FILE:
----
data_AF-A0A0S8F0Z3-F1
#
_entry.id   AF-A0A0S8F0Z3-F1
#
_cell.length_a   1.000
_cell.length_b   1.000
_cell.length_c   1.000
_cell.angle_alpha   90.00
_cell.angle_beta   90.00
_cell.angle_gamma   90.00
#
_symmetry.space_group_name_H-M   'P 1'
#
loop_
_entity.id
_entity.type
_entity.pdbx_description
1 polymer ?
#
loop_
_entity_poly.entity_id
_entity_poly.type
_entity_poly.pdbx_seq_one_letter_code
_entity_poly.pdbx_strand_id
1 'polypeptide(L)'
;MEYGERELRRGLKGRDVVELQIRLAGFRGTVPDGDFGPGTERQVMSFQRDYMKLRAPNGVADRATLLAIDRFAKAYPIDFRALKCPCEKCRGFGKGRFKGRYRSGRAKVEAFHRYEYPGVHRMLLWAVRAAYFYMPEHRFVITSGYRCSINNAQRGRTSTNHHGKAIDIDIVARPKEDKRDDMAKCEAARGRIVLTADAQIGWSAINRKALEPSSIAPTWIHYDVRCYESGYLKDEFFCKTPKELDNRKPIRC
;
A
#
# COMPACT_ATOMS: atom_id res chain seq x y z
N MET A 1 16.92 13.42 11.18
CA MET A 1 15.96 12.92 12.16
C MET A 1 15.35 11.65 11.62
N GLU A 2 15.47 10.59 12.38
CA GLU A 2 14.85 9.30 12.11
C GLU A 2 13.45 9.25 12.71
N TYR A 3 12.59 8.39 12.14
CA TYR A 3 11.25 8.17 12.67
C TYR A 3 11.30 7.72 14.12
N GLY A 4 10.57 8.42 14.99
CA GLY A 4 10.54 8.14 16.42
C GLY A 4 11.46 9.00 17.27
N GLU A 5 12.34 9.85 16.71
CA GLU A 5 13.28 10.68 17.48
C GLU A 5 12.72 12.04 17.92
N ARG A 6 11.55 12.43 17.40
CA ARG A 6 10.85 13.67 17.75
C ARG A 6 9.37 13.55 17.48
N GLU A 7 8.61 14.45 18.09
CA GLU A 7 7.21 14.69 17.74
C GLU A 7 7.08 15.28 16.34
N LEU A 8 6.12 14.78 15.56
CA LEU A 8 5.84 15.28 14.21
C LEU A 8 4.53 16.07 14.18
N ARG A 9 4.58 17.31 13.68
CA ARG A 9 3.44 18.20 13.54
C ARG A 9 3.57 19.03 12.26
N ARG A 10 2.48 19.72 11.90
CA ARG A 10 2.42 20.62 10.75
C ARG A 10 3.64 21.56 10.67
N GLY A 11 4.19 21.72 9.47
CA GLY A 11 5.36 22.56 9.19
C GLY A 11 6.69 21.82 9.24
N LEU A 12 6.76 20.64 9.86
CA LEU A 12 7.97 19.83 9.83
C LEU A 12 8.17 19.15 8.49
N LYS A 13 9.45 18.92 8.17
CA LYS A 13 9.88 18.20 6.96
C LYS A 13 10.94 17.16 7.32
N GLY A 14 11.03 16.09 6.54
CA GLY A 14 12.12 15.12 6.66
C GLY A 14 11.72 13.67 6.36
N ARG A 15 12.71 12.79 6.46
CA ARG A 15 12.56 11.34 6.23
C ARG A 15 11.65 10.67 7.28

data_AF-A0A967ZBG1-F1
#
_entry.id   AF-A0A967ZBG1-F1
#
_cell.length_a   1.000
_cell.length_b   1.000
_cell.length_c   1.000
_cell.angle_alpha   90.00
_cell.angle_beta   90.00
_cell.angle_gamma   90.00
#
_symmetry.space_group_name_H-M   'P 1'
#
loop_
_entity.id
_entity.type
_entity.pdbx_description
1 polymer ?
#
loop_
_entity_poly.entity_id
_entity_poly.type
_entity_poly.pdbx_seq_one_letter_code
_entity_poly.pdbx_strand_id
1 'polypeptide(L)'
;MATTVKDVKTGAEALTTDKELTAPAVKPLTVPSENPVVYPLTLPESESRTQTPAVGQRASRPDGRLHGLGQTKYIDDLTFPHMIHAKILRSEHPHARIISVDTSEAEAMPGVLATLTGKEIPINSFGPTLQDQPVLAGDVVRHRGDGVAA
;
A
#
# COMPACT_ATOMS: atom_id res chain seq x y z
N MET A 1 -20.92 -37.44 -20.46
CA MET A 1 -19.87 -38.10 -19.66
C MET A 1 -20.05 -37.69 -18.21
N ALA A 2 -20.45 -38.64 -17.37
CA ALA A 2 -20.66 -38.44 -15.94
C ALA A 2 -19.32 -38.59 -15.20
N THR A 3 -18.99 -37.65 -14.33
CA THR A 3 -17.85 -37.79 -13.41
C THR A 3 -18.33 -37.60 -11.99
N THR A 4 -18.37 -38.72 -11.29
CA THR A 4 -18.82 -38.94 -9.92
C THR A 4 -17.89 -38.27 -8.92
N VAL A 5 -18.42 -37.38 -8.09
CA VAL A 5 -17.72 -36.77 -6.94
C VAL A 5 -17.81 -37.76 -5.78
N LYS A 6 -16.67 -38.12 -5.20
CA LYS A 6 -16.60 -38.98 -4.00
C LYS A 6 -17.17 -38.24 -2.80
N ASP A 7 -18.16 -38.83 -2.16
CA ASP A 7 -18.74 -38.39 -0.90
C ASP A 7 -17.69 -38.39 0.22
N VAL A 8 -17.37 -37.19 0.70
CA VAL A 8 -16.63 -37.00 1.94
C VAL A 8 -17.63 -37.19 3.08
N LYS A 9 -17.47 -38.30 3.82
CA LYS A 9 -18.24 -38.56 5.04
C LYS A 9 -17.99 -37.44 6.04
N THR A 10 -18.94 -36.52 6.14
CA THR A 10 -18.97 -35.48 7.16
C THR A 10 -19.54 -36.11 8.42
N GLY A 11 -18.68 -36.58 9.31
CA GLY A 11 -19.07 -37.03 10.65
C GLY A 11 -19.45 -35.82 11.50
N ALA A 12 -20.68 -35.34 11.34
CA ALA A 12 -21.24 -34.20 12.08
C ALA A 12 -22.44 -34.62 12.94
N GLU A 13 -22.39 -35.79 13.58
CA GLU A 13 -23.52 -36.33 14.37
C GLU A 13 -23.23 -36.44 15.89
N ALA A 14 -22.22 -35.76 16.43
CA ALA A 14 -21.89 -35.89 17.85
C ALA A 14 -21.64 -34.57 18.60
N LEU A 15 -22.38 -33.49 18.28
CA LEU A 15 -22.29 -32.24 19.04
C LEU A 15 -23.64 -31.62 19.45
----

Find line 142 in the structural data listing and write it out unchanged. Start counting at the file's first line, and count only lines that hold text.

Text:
N GLU A 13 -22.39 -35.79 13.58